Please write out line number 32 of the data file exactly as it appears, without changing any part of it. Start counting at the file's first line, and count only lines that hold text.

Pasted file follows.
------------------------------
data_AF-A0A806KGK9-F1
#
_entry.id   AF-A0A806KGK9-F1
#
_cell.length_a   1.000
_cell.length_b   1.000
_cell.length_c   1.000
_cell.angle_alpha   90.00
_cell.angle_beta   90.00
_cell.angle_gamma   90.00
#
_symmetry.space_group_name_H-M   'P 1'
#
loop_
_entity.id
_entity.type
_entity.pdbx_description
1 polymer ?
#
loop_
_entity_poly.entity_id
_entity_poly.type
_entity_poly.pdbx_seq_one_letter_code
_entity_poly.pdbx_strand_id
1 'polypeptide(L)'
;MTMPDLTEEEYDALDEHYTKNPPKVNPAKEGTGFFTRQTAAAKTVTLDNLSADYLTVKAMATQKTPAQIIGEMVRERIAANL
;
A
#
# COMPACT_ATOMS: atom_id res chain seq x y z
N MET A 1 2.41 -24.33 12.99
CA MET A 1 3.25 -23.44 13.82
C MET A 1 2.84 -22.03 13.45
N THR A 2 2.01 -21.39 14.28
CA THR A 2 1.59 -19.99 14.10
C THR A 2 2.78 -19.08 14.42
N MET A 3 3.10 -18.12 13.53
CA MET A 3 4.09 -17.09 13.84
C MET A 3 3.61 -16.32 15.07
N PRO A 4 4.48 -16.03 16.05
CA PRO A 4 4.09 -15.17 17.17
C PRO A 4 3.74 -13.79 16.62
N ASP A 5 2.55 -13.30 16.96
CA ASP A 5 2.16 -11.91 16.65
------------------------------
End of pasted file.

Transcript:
CA MET A 1 3.25 -23.44 13.82